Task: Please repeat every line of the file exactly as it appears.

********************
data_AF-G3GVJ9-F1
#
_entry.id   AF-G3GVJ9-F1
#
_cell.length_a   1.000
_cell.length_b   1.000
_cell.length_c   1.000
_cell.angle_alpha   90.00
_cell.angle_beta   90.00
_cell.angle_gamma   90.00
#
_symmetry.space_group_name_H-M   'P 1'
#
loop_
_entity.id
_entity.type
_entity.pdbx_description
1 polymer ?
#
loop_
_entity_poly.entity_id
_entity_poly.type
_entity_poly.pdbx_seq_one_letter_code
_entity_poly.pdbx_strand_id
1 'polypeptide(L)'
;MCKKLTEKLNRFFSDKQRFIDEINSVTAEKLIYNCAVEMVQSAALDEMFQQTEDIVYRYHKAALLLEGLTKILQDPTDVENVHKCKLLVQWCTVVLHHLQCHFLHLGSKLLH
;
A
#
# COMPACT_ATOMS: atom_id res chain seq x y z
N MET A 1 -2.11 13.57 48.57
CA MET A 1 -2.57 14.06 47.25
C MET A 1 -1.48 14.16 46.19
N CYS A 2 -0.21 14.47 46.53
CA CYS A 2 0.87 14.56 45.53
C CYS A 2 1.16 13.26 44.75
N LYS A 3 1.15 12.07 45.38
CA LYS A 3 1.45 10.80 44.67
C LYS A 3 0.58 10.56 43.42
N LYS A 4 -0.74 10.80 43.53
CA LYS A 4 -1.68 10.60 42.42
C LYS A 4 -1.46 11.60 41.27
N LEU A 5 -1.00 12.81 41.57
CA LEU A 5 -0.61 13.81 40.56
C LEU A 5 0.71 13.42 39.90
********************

data_AF-G3GVJ9-F1
#
_entry.id   AF-G3GVJ9-F1
#
_cell.length_a   1.000
_cell.length_b   1.000
_cell.length_c   1.000
_cell.angle_alpha   90.00
_cell.angle_beta   90.00
_cell.angle_gamma   90.00
#
_symmetry.space_group_name_H-M   'P 1'
#
loop_
_entity.id
_entity.type
_entity.pdbx_description
1 polymer ?
#
loop_
_entity_poly.entity_id
_entity_poly.type
_entity_poly.pdbx_seq_one_letter_code
_entity_poly.pdbx_strand_id
1 'polypeptide(L)'
;MCKKLTEKLNRFFSDKQRFIDEINSVTAEKLIYNCAVEMVQSAALDEMFQQTEDIVYRYHKAALLLEGLTKILQDPTDVENVHKCKLLVQWCTVVLHHLQCHFLHLGSKLLH
;
A
#
# COMPACT_ATOMS: atom_id res chain seq x y z
N MET A 1 -2.11 13.57 48.57
CA MET A 1 -2.57 14.06 47.25
C MET A 1 -1.48 14.16 46.19
N CYS A 2 -0.21 14.47 46.53
CA CYS A 2 0.87 14.56 45.53
C CYS A 2 1.16 13.26 44.75
N LYS A 3 1.15 12.07 45.38
CA LYS A 3 1.45 10.80 44.67
C LYS A 3 0.58 10.56 43.42
N LYS A 4 -0.74 10.80 43.53
CA LYS A 4 -1.68 10.60 42.42
C LYS A 4 -1.46 11.60 41.27
N LEU A 5 -1.00 12.81 41.57
CA LEU A 5 -0.61 13.81 40.56
C LEU A 5 0.71 13.42 39.90